‘Pieter-Steph can play wing any day’ – Springboks coaches reveal thinking behind 7-1 split

Jared Wright
Springboks coach Rassie Erasmus, forward Pieter-Steph du Toit and head coach Jacques Nienaber.

Rassie Erasmus and Jacques Nienaber have further explained the thinking around the 7-1 split.

Springboks coaches Rassie Erasmus and Jacques Nienaber have revealed the thought process and reasoning behind the 7-1 bench split during the Rugby World Cup.

South Africa’s risky tactic of selecting seven forwards and just one backline player on their bench before the 2023 World Cup and during it dominated the headlines.

While ex-Scotland coach Matt Williams slammed the idea as ‘abusing safety laws’ of the game, it was well within the coaches’ rights to select any eight replacements as long as there were replacements for all three front-row positions.

After a resounding success in testing the tactic against the formidable All Blacks before the tournament, Erasmus and Nienaber confidently deployed the tactic in the pool stage match against Ireland and the final against New Zealand.

“That’s why we went with the 7-1 split again”

In yet another Chasing the Sun 2 extra, ex-head coach Nienaber and current boss Erasmus explained their thinking behind the bold tactic they implemented against Ireland.

“The moment we got the Scotland victory – and no disrespect for Romania and Tonga, we knew we had to perform in those two games – but it took the pressure off the game against Ireland, and that’s why we went with the 7-1 split again,” Nienaber said in the Betway exclusive clip.

South Africa is renowned for their forwards producing several world-class players, particularly in the tight five, and Erasmus noted that played a role in their decision-making as the coaches attempted to get their best players in a matchday 23.

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“If you want your best 23 players on the field and 15 of them are forwards, then put them on, find a way,” Erasmus explained.

“You know, if it’s not against the laws of the game and if you’ve got the quality forwards we have where the one that comes off [the bench], you actually can’t tell the difference between him and the guy who started [the match].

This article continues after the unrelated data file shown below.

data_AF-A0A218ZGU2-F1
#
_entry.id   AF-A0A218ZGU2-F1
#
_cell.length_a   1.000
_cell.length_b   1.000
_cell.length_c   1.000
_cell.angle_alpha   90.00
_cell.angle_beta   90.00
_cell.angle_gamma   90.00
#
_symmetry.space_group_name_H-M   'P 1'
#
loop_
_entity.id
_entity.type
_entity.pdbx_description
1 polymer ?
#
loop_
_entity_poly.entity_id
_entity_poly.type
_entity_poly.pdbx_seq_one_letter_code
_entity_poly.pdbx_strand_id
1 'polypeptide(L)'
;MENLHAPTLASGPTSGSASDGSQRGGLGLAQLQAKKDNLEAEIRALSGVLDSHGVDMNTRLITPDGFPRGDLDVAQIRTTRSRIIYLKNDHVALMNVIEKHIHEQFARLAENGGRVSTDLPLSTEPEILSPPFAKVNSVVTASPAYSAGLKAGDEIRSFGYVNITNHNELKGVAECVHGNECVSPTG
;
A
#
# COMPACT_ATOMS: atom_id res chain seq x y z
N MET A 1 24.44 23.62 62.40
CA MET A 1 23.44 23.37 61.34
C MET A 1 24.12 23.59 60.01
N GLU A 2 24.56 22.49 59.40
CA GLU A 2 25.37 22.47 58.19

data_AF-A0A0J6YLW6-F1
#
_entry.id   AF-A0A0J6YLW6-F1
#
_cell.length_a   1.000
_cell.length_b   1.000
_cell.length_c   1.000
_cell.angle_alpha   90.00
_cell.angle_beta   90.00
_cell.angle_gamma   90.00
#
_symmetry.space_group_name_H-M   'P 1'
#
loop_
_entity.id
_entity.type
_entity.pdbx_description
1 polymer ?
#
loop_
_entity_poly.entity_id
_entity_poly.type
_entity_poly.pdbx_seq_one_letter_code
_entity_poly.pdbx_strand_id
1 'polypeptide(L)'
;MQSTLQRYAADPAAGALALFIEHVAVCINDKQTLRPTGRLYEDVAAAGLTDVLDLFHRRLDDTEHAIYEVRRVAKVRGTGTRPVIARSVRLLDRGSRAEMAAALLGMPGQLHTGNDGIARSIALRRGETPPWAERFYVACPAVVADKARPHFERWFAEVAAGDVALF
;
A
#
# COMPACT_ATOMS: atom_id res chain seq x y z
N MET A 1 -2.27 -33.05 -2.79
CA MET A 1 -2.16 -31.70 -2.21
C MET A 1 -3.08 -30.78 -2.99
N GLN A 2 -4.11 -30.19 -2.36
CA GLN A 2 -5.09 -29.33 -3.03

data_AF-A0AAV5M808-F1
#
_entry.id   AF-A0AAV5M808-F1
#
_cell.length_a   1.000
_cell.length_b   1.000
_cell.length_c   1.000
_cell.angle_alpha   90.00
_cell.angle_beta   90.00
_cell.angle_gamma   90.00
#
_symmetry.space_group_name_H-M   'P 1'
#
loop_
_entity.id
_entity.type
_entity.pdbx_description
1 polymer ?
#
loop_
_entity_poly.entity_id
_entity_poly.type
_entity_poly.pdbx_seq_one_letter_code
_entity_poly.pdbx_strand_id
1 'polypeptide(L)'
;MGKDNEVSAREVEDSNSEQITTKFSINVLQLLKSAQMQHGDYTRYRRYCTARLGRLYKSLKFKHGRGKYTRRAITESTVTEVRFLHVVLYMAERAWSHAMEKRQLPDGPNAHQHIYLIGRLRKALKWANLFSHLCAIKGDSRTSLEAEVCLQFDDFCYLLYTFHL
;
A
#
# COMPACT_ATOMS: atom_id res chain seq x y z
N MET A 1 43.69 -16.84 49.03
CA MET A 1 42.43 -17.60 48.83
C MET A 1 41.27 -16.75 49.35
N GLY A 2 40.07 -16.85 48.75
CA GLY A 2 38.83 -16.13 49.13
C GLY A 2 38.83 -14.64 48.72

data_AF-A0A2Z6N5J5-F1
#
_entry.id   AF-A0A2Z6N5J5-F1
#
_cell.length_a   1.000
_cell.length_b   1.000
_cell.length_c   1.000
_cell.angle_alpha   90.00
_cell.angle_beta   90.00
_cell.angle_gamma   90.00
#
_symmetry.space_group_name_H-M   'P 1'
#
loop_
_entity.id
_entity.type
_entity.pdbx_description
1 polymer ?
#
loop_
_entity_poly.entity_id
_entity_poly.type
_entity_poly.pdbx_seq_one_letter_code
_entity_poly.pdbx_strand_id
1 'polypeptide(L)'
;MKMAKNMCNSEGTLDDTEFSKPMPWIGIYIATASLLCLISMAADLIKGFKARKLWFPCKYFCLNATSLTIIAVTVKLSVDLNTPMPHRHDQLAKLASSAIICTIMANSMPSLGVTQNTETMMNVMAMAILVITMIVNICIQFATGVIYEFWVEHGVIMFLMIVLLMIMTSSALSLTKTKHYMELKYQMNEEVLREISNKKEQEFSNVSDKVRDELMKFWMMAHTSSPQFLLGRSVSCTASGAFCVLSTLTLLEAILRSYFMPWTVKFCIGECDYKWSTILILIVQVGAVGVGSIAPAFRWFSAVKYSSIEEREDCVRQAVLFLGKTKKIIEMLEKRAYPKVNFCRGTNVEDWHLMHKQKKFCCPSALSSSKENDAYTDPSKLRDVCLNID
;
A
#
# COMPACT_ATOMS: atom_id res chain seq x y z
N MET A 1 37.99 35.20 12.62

“You could never do it if you don’t have the personnel to do it.”

Nienaber, who has since joined Leinster’s coaching team, said it is “not a crazy idea”.

“If you look at the versatility that we have within our group, I mean, it’s not a crazy idea. Pieter-Steph [du Toit] can play wing any day. Kwagga [Smith] can play wing any day,” Nienaber added.

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Forwards get tired

Erasmus also learnt from the past, having started coaching almost immediately after his retirement from professional rugby.

The former Springboks loose forward believes that the forwards are less effective when they start to tire while the lighter backs are able to still perform basics at a high level even when they fatigue.

“I always found it to be that the last 20 minutes, it’s the slower forwards that get tired and get exploited by the crafty wingers; it’s the tightheads and locks and those guys,” he explained.

“But a slow, tired back can still tackle somebody because he’s fit and fast and agile, but the slow, tired forward gets beaten much easier. So first of all, I always wanted to do it. Then when we eventually had the squad with Jean Kleyn coming in we were able to do it.”

Quiz: Can you name every Springboks captain since 1995?